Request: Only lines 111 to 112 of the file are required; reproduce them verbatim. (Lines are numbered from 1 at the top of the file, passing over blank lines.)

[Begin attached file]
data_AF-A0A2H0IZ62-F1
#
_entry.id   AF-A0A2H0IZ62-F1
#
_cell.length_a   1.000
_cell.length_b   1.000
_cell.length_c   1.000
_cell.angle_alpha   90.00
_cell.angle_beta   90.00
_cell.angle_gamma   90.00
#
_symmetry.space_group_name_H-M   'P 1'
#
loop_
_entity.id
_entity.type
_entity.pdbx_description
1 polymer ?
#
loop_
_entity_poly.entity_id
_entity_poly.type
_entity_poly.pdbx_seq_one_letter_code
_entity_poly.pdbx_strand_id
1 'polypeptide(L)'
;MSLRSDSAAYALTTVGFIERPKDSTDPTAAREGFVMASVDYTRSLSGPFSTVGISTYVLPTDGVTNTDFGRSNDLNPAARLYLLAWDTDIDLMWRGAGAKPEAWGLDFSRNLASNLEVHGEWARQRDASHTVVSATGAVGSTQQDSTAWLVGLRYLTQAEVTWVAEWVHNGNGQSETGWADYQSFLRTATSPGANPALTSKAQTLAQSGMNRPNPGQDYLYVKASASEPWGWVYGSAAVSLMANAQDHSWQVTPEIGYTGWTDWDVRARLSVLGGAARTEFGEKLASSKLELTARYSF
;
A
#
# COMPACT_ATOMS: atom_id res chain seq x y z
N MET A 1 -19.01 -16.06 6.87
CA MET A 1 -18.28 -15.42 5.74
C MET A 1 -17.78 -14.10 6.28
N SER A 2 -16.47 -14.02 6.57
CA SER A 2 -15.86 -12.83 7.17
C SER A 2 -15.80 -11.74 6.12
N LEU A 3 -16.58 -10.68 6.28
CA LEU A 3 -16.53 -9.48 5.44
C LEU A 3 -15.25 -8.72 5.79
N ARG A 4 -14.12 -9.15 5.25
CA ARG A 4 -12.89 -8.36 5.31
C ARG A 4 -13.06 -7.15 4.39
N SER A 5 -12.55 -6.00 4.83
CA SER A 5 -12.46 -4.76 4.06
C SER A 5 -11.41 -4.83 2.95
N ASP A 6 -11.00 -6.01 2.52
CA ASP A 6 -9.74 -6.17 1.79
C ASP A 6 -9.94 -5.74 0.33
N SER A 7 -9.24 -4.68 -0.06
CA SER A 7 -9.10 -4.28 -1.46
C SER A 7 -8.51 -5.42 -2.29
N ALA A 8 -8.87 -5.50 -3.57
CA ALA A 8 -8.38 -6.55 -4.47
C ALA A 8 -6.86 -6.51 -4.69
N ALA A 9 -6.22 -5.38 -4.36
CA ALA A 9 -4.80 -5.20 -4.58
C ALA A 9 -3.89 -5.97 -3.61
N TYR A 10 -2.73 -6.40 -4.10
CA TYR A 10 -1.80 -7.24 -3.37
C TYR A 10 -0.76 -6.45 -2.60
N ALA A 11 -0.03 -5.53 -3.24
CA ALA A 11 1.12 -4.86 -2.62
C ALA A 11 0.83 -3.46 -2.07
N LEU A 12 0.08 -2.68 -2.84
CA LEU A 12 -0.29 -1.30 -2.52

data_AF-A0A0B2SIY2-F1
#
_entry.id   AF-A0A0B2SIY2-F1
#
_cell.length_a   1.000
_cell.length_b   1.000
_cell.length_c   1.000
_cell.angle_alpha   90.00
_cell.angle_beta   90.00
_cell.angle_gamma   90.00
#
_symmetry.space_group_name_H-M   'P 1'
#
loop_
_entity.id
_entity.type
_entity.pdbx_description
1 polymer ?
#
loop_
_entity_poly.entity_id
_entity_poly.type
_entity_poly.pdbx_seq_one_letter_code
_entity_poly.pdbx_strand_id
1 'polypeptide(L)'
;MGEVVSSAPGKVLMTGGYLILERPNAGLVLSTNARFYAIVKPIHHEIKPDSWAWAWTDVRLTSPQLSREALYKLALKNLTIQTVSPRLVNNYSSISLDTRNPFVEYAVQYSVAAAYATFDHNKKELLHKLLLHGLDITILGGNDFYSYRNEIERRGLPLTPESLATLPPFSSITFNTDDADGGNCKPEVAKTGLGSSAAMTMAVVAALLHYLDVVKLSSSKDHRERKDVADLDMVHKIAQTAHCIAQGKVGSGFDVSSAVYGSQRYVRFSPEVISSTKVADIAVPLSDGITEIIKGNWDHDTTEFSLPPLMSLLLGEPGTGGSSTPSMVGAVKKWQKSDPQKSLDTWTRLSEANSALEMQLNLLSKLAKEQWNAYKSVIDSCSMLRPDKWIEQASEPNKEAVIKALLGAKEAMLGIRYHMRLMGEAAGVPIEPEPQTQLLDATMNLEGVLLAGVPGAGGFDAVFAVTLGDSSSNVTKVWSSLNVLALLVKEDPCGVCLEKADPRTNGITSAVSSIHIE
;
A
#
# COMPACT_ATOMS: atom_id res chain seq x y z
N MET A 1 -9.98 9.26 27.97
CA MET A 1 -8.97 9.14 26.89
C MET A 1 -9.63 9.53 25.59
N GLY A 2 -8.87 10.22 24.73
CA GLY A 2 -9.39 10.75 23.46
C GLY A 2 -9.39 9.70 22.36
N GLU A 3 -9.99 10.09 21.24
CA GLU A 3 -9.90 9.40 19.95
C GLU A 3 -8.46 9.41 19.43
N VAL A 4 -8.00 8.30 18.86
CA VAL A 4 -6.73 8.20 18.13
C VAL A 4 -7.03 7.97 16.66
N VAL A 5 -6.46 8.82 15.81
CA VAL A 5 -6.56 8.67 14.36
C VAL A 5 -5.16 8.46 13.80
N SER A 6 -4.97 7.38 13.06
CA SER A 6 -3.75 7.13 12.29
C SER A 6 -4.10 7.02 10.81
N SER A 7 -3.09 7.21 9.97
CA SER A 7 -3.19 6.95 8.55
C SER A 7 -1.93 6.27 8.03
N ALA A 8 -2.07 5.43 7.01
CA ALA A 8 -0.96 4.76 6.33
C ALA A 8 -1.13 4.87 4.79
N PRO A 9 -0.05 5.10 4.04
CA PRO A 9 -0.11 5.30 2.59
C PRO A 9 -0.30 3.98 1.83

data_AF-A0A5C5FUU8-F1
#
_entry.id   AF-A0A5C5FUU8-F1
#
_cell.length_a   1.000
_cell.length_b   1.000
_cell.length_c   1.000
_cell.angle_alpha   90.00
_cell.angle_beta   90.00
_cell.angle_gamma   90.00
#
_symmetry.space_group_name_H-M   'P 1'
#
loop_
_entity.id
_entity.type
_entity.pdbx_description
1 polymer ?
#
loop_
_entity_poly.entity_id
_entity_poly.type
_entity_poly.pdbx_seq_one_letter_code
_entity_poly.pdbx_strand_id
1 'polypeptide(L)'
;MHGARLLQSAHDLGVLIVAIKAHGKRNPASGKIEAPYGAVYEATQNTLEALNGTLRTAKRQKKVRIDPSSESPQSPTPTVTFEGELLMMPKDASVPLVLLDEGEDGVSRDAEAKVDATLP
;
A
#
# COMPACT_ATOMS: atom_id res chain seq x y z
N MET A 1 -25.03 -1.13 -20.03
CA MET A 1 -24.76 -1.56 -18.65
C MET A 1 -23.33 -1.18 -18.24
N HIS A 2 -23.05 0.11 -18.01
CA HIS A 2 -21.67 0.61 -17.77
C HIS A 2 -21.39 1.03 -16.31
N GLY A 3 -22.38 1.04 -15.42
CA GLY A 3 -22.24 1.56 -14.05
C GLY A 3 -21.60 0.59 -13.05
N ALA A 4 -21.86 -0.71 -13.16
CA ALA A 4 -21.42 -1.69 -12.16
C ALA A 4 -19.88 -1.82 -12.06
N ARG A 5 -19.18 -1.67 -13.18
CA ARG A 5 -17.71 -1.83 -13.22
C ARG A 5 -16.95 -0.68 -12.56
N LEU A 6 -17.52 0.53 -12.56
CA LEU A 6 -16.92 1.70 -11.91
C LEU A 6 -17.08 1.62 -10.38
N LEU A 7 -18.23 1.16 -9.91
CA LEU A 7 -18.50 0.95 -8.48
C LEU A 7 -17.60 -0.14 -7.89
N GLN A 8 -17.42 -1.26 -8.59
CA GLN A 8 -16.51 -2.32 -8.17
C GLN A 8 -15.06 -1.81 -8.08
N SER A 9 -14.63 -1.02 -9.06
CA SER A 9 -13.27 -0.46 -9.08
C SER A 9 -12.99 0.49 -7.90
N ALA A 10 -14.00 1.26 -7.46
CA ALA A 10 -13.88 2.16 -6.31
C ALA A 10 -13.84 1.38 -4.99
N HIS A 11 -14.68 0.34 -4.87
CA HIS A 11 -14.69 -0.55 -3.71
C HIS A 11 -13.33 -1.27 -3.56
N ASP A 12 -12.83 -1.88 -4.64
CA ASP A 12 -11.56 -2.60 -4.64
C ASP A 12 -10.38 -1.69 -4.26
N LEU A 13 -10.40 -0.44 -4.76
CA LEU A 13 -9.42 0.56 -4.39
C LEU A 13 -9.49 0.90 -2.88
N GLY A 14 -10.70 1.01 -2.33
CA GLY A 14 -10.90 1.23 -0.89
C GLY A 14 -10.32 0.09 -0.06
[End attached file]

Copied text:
N SER A 6 -4.97 7.38 13.06
CA SER A 6 -3.75 7.13 12.29